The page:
Visions of the End
Monday, February 3, 2020. Visions of the End Gallery in McClung Museum. "The Dead Rising from their Tombs, from a Rose Window," 1215-20. Made in Braine, France. This fragment of stained glass window shows a body reunited with its soul at the moment of resurrection, as described in the Book of Revelation.

On Jan. 31, the McClung Museum brought in several new pieces, which range in age, borrowed from other museums. The collection includes pieces such as busts and stained glass works from the 13th to 15th centuries, as well as a board game from 1968.

All the pieces come together to showcase “Visions of the End,” a temporary exhibit to show different depictions of the end of the world.

Some of the artwork is inspired by the Bible and the book of Revelations and others, particularly a record from 1945 called “Atomic Power” by country-western artist Fred Kirby, spoke more on the atomic bombing of Hiroshima and Nagasaki during WWII and how the two events compare.

I personally found this exhibit to be extremely fascinating. It allowed a new perspective on the apocalypse and opened my eyes to how it can be viewed through different means. I feel like the biggest popular exposure of the apocalypse is through movies and television, as well as the uproar over the Mayan calendar’s ending.

I think that displaying this exhibit on campus could help people have a greater understanding of certain beliefs. During the time that many of these artifacts were first created, the majority of people lived off of their religion and what particular scriptures said.

So, observing the culmination of all of these beliefs in one place was just an amazing experience overall. “Visions of the End” allows students and the public to learn more about something that isn’t portrayed as accurately, or in a way one would expect, in today’s society and through different media sources.

Another reason why I find this exhibit fascinating, is because I don’t identify with a religion. I think that the pieces tell a story, and that everyone should observe the exhibit regardless of their beliefs. To me, exploring the exhibit felt like I was walking through history. One can view the exhibit that way, without the religious connotations as well, by observing what some of the pieces were created with due to the resources and art styles of a particular era.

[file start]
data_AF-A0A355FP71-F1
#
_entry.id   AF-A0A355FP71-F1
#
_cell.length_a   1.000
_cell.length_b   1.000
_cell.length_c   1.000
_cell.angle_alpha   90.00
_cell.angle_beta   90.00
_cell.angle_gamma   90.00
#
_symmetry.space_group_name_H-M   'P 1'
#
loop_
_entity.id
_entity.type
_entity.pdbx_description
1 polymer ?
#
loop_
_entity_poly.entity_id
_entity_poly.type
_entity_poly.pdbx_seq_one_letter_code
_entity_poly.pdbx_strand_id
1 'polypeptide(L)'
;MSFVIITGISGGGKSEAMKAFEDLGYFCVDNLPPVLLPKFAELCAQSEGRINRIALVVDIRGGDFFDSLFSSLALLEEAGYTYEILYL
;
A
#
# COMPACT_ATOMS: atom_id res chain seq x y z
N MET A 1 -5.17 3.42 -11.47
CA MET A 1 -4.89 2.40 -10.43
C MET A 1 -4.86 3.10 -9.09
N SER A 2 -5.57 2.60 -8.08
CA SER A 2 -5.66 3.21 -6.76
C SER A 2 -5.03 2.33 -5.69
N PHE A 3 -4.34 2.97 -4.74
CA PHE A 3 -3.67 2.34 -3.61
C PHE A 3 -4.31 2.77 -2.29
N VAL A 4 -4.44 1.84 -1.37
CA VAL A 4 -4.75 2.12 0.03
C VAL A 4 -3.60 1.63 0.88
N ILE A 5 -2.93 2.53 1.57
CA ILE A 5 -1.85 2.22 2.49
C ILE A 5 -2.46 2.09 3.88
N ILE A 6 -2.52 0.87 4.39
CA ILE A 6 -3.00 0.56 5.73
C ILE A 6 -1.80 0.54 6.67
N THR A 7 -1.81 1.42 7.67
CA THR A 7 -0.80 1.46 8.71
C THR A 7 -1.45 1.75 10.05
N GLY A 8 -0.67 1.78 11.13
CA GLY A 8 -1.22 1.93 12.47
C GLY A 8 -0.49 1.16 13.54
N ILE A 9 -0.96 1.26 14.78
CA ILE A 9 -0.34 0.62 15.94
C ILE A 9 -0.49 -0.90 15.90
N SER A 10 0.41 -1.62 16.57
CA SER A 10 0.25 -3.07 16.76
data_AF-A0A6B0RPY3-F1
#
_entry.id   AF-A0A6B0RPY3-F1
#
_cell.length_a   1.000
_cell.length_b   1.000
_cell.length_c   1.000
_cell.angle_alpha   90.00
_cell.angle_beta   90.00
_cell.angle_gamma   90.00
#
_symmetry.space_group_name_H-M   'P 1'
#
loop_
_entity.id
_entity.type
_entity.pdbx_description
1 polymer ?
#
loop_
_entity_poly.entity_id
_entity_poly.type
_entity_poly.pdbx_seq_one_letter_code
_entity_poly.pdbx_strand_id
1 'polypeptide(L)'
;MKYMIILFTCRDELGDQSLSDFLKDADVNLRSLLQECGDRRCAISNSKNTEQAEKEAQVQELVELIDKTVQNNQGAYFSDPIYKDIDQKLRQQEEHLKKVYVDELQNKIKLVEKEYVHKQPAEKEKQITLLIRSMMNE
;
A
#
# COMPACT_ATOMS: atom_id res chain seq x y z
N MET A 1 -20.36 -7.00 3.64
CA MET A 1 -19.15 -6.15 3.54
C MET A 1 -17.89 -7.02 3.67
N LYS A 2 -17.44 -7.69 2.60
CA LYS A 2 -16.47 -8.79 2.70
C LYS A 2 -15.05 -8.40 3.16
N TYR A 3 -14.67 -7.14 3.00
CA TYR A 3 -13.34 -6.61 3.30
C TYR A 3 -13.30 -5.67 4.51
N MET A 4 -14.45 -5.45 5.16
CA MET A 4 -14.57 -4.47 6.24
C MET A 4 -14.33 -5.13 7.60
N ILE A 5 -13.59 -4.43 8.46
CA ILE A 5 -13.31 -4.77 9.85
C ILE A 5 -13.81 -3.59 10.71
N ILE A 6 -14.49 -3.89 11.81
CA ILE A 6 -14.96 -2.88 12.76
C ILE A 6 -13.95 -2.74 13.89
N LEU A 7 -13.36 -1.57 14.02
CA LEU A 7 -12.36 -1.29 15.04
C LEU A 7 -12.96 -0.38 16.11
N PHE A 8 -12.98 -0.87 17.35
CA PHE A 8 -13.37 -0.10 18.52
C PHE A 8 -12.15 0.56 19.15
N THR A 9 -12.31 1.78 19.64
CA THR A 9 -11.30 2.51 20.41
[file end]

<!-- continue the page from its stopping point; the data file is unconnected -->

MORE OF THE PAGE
My favorite parts of the exhibit were the stained glass pieces. I have always been drawn to stained glass, and seeing it depicting images of the dead rising or of people in a post-apocalyptic world was incredible.

Often, stained glass is used to display images of Jesus, other religious figures or even just some floral scenes. Observing these different depictions and learning about what the scenes were portraying was unique in my opinion, because the images are not something that one often sees on stained glass.

In specific, my favorite of the stained glass pieces would have to be “The Dead Rising from their Tombs, from a Rose Window.” This piece was made in Braine, France in the 13th century, and the museum believes it was made at the Abbey of Saint-Yves.

At first glance, the image appears to be a man who is wrapped in cloth with a giant stick. But, if you research the piece or happen to know about burial rituals in the time period, you would know that the man is dressed in a bright red burial shroud, and the “stick” is actually part of a coffin that he is taking with him to remove himself from a grave.

Essentially, he is trying to rise from the dead to join others in the afterlife. I love this piece, just because of the bright colors as well as the fact that it isn’t what you would think of in comparison to the apocalypse. But, it is in relation to the last book of the Bible when judgement day rolls around. I just thought that it was pretty, and the story behind it was fascinating.

Overall, this exhibit has made it into my top five that the McClung Museum has had, and I really recommend it for those who are interested in the apocalypse, portrayals of the end of the world or who want more insight into a different era of art and objects.

“Visions of the End” runs through May 10.

UT Sponsored Content